These Classes Are Great for You Too

Gymnastic classes are wonderful ways to help your toddler work off some of that extra energy. This doesn’t have to mean a formal class with an instructor, but can instead be a place that has tumbling mats and the like to let your toddler learn more about how their body can move in a safe environment.

Of course, you can create your own “classes” at home. Let your toddler help you in the kitchen and do age-appropriate cooking tasks. For example, they can stir and mix foods, wash fruits and vegetables, or even spread their own peanut butter on a sandwich. Older toddlers can pour their own drink or pour liquid ingredients into a measuring cup for a recipe. 

The best part is, your picky eater will be more eager to eat their meal if they had a hand in preparing it.

Art classes are another popular choice for children of all ages. Even younger babies can participate as long as you give them materials that don’t pose a choking hazard and are non-toxic because they will go in their mouth. 

Making Your Own Art Supplies is Easy and Safe

Make your own paints or play doughs to make sure the materials are safe, spread out a tablecloth on your kitchen table, and let them explore different textures and colors. You may be surprised by how much they learn!

These tips can really make a difference in your baby’s development and even in your relationship with your child. Choose the active, interactive choice over the sedentary one for most of the day and you will get to see the results of your hard work as your baby grows and learns. 

A bonus for keeping your baby active is that they will be good and tired at the end of the day and may be easier to put to bed and get to sleep. Just remember, there is no wrong way to play with your baby as long as you are safe, so just get out there and play! Your baby will thank you for it over and over again with their smiles, giggles, hugs, and kisses. 

2  Do Have Fun

With all of the focus on trying to make sure you are the best parent you can be in addition to all of your other responsibilities, it can be easy to lose sight of enjoying the day and your child. Just have fun! 

One of the best ways to relax, let your hair down, and have fun while keeping your baby moving at the same time is an impromptu dance party! Turn on some music and start dancing. It doesn’t matter what you choose, but make sure the language is kid-friendly even if your baby is not yet talking.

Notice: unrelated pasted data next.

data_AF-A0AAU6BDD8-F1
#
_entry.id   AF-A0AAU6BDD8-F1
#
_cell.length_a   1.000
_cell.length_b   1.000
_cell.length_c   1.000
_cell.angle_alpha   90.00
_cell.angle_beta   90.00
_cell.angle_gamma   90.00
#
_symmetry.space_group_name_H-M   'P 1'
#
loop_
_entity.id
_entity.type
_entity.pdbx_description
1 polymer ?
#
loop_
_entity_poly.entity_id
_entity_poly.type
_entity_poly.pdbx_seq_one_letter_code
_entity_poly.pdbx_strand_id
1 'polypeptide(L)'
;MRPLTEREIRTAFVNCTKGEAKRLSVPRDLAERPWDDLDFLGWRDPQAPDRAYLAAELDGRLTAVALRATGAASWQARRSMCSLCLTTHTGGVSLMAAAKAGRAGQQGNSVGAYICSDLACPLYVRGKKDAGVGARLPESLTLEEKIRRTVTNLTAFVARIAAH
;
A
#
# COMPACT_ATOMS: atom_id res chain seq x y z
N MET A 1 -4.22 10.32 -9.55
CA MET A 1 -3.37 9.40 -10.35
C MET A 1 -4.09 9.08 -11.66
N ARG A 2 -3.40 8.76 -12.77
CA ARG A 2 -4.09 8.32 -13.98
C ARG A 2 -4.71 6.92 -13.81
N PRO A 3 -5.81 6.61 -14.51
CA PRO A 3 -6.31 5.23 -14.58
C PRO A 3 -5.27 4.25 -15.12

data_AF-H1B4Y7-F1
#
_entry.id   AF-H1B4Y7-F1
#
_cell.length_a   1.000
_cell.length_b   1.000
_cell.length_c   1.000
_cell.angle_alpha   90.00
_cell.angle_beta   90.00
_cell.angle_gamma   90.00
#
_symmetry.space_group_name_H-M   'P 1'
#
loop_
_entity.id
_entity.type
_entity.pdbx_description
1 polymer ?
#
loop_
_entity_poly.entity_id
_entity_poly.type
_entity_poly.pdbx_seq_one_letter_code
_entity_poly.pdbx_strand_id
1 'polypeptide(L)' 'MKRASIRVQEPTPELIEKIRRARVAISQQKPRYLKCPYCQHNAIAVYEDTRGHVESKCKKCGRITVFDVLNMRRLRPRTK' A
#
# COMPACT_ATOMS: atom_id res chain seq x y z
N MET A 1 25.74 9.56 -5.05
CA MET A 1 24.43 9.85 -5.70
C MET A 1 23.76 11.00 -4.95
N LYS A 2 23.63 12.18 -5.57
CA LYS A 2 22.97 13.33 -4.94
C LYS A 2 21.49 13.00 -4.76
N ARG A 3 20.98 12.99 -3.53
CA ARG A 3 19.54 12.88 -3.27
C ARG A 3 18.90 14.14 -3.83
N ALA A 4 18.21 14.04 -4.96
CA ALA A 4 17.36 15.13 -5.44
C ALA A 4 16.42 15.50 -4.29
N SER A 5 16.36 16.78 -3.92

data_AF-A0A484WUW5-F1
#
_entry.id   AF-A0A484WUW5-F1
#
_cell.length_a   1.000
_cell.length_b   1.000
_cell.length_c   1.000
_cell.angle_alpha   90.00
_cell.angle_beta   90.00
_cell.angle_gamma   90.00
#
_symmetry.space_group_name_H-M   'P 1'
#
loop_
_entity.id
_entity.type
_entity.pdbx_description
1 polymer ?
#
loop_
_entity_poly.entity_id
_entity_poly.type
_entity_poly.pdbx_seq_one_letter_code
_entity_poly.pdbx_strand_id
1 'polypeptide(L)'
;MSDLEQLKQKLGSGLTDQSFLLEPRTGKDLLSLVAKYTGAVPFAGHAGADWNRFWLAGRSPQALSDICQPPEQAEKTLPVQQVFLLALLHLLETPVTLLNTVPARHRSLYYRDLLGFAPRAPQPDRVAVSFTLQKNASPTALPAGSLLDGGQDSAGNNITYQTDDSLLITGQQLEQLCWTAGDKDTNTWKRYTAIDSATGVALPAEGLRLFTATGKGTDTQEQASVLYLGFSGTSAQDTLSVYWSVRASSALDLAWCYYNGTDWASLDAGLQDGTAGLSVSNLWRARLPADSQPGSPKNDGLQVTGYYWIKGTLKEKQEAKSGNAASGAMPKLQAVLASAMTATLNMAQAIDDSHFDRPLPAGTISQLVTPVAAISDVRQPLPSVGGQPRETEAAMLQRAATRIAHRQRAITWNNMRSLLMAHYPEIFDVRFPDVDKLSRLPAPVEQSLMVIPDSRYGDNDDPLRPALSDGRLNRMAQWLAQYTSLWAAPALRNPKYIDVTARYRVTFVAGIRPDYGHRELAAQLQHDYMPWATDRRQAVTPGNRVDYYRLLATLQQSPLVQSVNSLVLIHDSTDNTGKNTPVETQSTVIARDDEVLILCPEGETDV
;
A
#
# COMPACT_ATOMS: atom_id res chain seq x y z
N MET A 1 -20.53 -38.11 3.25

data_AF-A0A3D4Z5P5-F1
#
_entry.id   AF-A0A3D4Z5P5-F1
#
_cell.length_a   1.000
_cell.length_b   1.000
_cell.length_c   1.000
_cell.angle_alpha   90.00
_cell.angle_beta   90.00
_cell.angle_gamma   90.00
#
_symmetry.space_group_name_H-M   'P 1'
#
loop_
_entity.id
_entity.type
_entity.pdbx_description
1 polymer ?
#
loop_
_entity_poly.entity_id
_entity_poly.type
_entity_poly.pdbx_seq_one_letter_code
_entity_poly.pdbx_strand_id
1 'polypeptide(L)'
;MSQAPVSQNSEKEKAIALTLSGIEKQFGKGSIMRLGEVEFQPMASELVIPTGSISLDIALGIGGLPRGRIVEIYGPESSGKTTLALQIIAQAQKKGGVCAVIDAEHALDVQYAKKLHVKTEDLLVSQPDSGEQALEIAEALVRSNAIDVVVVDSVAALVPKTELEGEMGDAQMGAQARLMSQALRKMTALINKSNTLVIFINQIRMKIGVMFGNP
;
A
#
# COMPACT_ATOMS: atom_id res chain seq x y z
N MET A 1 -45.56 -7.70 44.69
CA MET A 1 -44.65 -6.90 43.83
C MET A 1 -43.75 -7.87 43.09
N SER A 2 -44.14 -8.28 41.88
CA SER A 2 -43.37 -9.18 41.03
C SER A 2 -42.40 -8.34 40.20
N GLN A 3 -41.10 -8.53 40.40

A fun way to do this is to create a little ritual with your baby. For example, stare the day by playing music and dancing after breakfast or dance and sing while you are cleaning up the house. Your baby will really enjoy the music and will begin imitating you and doing their own little dance. You will both be having lots of fun and you will feel the stress melt away before you know it.

Your Baby Loves to See You Smile

If you have older kids, you can make this a family affair in the evenings. Just start a family karaoke night! Turn up the music and get singing. You can hold your baby and dance along with the music or make them feel like they are the center of your world by singing just to them. It sounds silly, but everyone will have a blast and it’s a great way to have a family activity that baby can participate in. 

1  Do Get Outside

By taking your active play outside, you can make sure you and baby both get the needed Vitamin D from the sun and expand baby’s environment a little. If your baby is old enough for the park, this is an excellent way to help the day pass and tire your little one out. Even if you just put your baby in the swing at the park, they will actively be looking around and moving their arms and legs.

Babies that can walk will enjoy slides, sandboxes, and jungle gyms that are age appropriate for their skill level. The best thing about the park is that it’s free and it basically grows with your child because there are many different types of equipment designed for various ages.

If you don’t have a park close by, play in your backyard or go for a nature walk. You can let younger babies explore the outdoors by crawling or walking around and younger babies will enjoy a blanket spread on the grass. Walking and talking toddlers will thrive on a nature walk as you teach them about trees, flowers, animals, and insects. Hold their hand and let them explore different terrains by walking beside you.

Getting Out is Mutually Beneficial

These tips can really make a difference in your baby’s development and even in your relationship with your child. Choose the active, interactive choice over the sedentary one for most of the day and you will get to see the results of your hard work as your baby grows and learns. 

A bonus for keeping your baby active is that they will be good and tired at the end of the day and may be easier to put to bed and get to sleep. Just remember, there is no wrong way to play with your baby as long as you are safe, so just get out there and play! Your baby will thank you for it over and over again with their smiles, giggles, hugs, and kisses.